The understandings between the sides endured for exactly half a year. On Aug. 31, 2004, Imad Qawasmeh sent two people (one of them his cousin Ahmed) on a mission from Hebron to carry out a suicide bombing in Beer Sheva. This terror attack killed 16 Israelis, most of whom were youths enjoying their last day of summer vacation in the southern city. Meshaal was then forced to explain to the Egyptian intelligence minister that this was a local, independent job, and that Hamas' political leadership would do everything in its power to impose its authority over the military branch, including local armed structures. This never happened.
Only three months after the Hamas government headed by Prime Minister Ismail Haniyeh was formed in Gaza, the movement’s leaders were still trying to prove to the world they were no longer a terrorist organization but a legitimate, elected political movement. Meanwhile, head of the military wing in Gaza Ahmed al-Jabari joined forces with the leader of the Popular Resistance Committees Jamal Abu Samhadna. Together, they carried out the attack near kibbutz Kerem Shalom, in which soldier Gilad Shalit was kidnapped. The political leadership in Damascus and Gaza had no knowledge of al-Jabari’s plans and conspiracies, which were run underground and behind their backs. Thus, all the attempts by Meshaal and the members of the political bureau to whitewash the Hamas government in the international community were doomed to fail. Even more than that, Meshaal and the political bureau members were forced to maneuver around the obstacle course placed by al-Jabari. After the Hamas victory in the elections for the Palestinian Authority and establishment of their first government ever, the military wing people led Hamas on a dangerous path with severe ramifications. This, too, was at one of the movement’s critical junctures. For more than five years, hundreds of Palestinians were killed and thousands injured in a series of military operations on the Gaza Strip, on the backdrop of the abduction of Gilad Shalit.
If the Hamas bastion in Hebron is indeed once more behind the abduction of the three rabbinical college boys, then they’ve done it again. Only two weeks after the founding of the Palestinian unity government, when reconciliation with Fatah assures Hamas a lifeline from the tremendous pressures now faced by the movement, it seems the Hamas infrastructure in Hebron has doomed the fate of the unity government with Mahmoud Abbas — just now, after the government has earned international recognition.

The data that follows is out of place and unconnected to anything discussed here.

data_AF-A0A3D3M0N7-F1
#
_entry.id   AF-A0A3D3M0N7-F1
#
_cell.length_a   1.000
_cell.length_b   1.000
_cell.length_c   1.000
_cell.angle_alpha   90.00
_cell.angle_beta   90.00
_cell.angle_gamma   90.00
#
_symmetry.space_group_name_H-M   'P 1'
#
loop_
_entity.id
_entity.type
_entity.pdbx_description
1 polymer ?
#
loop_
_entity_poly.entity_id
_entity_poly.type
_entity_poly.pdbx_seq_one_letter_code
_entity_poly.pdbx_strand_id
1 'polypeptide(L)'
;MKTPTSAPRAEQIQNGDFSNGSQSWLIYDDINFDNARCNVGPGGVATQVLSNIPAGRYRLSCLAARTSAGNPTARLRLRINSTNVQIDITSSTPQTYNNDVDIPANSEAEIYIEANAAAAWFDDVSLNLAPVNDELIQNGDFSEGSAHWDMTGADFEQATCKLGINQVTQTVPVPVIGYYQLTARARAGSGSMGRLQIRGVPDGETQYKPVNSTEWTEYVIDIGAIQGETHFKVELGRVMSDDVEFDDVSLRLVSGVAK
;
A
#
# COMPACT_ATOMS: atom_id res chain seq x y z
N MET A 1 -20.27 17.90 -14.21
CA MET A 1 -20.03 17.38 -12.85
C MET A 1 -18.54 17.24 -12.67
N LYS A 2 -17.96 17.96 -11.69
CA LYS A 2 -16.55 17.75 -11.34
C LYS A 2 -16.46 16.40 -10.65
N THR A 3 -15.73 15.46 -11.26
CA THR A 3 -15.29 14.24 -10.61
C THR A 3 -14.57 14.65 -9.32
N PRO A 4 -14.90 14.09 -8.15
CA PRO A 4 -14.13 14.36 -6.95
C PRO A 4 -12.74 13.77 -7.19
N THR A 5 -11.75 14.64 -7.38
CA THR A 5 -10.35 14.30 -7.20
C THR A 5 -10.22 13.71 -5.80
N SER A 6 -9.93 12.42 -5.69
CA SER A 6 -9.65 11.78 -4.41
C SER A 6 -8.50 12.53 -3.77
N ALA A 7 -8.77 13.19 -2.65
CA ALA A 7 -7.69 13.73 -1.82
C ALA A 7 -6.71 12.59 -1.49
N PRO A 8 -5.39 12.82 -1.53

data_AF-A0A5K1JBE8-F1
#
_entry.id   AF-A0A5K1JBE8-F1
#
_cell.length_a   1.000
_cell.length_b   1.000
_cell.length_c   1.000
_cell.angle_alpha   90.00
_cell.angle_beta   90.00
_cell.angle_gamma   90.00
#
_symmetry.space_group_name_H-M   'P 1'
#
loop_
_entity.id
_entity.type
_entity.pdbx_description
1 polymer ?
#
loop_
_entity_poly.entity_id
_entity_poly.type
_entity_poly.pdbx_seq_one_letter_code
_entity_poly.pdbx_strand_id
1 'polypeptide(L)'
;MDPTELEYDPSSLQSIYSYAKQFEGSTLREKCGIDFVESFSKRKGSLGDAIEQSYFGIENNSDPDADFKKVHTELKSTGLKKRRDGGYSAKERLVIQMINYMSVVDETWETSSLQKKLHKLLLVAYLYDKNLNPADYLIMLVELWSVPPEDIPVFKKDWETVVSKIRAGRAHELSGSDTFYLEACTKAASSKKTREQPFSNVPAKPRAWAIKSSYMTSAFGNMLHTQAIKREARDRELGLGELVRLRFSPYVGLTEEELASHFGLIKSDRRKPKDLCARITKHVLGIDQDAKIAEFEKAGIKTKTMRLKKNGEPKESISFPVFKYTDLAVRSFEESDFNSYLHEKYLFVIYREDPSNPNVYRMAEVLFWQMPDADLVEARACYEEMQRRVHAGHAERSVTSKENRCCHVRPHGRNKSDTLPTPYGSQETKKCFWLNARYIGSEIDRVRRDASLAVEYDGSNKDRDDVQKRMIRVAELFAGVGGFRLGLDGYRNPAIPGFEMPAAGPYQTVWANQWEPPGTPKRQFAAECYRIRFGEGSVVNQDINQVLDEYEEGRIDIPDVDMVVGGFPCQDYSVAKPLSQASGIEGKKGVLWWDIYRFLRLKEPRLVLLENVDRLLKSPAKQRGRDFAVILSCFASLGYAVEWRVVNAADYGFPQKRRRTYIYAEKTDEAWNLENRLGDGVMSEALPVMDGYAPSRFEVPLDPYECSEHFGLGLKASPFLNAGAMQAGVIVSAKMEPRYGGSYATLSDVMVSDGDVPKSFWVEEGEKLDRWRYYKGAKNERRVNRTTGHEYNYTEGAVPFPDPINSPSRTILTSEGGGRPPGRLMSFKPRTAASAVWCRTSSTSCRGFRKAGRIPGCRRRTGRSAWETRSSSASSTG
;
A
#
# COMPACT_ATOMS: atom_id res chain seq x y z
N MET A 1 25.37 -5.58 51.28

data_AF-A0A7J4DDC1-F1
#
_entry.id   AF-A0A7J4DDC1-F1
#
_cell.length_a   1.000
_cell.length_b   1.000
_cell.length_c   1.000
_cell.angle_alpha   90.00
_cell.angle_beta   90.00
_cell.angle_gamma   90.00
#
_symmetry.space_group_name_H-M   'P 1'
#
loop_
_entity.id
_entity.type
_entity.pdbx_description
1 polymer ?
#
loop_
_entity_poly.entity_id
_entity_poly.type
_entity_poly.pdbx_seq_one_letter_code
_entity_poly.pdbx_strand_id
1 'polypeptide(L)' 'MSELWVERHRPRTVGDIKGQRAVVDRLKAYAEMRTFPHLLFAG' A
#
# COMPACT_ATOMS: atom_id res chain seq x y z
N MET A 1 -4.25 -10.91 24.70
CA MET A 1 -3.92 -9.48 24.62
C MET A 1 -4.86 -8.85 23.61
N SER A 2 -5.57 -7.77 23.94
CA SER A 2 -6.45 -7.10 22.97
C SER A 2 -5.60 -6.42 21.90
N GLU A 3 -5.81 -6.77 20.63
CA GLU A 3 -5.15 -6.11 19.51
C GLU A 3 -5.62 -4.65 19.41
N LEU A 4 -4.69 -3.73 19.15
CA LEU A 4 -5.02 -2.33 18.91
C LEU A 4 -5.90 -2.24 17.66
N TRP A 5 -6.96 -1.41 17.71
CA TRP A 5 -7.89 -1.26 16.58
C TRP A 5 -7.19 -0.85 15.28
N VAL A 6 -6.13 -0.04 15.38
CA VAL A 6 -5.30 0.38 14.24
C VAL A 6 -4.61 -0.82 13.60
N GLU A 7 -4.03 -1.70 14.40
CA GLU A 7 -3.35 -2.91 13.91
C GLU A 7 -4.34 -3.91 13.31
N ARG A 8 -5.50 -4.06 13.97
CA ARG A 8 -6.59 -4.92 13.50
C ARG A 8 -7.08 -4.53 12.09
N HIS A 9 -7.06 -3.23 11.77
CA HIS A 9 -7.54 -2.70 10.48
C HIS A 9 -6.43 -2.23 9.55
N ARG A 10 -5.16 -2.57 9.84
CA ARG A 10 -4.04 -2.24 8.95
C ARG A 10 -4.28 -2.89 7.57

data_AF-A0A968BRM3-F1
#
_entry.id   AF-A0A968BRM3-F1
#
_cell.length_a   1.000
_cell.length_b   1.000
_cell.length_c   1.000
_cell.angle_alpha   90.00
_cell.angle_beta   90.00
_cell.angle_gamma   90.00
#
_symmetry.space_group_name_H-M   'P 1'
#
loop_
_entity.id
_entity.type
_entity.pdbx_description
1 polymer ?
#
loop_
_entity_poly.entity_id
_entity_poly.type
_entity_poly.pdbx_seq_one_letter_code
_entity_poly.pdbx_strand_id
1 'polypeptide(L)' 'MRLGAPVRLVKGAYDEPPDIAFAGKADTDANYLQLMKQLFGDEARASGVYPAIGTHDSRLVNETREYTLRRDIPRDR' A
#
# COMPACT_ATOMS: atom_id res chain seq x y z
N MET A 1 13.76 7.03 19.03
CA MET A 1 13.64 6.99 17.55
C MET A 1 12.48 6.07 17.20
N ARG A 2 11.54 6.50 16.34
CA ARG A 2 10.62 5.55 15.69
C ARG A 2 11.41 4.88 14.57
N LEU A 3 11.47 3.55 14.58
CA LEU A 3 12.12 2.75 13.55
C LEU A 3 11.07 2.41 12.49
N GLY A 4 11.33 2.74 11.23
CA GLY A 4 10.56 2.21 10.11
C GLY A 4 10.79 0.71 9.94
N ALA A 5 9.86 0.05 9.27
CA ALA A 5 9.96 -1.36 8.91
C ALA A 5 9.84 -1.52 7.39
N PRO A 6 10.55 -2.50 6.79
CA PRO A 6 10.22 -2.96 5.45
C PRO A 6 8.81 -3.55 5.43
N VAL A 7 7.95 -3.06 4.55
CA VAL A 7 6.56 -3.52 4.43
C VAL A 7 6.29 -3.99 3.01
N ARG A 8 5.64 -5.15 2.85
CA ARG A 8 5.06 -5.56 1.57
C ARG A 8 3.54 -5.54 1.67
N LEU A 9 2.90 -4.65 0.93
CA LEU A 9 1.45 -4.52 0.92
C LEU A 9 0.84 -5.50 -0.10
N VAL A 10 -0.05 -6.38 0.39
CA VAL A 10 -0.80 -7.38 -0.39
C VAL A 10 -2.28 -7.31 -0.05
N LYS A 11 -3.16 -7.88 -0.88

Fares Qadura, head of the Palestinian Prisoners Club in the West Bank and a Fatah head, admitted in an interview with Al-Monitor that the abduction of the youths is a real game-changer that has reshuffled all the cards, precisely at a time when the Palestinian prisoners’ hunger strike has gained ground and won international public interest.
Excerpts from the interview follow:
Al-Monitor: If this is indeed a Hamas cell, this time, not only Hamas has a problem. The Palestinian Authority and Mahmoud Abbas also have a problem.
Qadura: If Mahmoud Abbas is in hot water, that doesn’t mean that Netanyahu isn’t in trouble. Everyone is in big trouble now. Someone has to think how to extricate ourselves quickly, and not entangle Mahmoud Abbas even more. How will it help Netanyahu if Mahmoud Abbas gets into trouble; where will that lead to?
Al-Monitor: As a former prisoner, a field leader, how do you interpret the response to the kidnapping on the Palestinian street?
Qadura: The Palestinian street is frustrated and desperate at the circumstances, thus anything that angers Israel gets a counter-response. People think with their guts, not their heads. Still, I can tell you that there is a lot of concern over the future and great worry over what will happen next.
Al-Monitor: Do people believe that Israel will release prisoners in exchange for the three youths, like in the Shalit prisoner-exchange deal?
Qadura: If they are really to be found in the West Bank, Israel will never agree to a prisoner swap. If they will succeed in getting them out, that’s a different story. Israel will never implement a prisoner swap so long as they are located on its sovereign territory. I think that this is a fact that everyone is aware of.